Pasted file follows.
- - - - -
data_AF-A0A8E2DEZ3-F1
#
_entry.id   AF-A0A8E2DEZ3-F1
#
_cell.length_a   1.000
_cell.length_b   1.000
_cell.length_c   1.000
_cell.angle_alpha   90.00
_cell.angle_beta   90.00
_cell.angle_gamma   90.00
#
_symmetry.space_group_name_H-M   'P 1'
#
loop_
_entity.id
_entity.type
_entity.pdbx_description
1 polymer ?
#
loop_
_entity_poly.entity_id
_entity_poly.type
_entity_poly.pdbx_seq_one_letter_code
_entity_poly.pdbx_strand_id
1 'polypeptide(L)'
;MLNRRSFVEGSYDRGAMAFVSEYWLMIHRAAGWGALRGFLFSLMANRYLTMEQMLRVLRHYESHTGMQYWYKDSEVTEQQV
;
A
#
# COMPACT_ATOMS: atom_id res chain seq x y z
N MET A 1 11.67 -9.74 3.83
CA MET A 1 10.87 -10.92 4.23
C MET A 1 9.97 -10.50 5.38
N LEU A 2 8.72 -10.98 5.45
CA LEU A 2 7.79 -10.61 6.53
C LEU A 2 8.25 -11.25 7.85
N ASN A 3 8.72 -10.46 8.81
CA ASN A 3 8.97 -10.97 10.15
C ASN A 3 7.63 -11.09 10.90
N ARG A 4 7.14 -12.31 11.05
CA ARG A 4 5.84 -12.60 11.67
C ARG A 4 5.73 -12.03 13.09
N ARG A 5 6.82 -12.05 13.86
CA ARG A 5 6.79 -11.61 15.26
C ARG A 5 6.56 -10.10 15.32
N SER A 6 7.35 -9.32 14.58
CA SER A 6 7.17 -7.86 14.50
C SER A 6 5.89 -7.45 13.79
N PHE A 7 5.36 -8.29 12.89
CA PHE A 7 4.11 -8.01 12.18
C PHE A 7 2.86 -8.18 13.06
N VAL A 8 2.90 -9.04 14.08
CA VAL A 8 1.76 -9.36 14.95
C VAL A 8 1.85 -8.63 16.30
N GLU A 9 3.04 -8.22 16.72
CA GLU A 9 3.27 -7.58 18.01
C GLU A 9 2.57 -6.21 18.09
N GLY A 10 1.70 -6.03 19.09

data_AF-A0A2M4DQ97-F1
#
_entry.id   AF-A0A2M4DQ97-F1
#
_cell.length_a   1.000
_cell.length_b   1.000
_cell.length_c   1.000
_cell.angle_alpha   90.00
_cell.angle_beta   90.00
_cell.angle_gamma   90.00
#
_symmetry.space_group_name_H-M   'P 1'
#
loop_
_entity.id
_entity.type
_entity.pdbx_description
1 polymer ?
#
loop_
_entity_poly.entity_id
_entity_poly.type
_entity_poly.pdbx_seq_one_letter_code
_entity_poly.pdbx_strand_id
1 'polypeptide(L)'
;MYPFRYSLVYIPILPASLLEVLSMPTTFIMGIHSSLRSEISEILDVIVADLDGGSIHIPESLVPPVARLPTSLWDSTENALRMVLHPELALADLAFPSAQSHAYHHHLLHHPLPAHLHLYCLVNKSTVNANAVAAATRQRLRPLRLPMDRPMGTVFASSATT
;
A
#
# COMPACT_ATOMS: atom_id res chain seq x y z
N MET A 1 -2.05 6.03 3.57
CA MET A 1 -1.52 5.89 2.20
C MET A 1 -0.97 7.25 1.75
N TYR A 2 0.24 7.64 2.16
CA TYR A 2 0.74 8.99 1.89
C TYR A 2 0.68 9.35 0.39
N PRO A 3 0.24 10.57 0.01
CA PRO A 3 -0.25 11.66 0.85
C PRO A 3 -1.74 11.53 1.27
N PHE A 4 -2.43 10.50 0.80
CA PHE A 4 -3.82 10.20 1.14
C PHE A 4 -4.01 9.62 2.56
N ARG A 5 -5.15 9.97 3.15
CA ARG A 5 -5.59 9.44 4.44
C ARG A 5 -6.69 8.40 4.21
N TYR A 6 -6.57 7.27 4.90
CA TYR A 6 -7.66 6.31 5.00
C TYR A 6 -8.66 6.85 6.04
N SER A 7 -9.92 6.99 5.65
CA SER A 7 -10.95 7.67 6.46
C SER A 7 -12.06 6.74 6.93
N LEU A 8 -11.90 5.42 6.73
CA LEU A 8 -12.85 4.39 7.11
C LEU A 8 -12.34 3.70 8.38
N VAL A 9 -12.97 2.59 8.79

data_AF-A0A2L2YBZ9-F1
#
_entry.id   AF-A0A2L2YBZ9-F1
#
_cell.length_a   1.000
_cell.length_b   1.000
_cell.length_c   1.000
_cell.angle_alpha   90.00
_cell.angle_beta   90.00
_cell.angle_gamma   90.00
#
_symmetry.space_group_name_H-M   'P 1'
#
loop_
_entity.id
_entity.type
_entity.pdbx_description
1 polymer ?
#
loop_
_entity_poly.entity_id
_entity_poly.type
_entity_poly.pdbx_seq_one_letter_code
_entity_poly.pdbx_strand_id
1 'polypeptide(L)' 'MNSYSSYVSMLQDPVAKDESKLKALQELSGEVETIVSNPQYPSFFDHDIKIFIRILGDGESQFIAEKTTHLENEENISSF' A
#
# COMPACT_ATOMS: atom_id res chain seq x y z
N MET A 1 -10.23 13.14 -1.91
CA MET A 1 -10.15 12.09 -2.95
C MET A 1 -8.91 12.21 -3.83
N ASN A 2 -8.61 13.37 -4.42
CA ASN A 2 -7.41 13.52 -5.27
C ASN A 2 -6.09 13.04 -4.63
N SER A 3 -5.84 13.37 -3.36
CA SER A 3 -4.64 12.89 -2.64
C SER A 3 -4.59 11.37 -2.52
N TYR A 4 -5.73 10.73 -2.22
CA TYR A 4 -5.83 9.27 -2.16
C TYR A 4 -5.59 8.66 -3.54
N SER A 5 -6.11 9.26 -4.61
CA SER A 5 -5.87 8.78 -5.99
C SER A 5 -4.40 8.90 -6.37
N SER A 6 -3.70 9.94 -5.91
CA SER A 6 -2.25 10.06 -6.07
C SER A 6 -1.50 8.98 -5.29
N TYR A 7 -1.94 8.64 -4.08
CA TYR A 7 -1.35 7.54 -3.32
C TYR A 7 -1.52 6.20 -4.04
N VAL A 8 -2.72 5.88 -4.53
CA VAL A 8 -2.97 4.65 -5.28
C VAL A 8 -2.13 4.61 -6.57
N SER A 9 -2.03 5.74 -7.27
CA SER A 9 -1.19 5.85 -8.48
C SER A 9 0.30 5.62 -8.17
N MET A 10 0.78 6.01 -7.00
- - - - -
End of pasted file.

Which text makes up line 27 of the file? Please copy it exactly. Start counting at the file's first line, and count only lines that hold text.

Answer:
;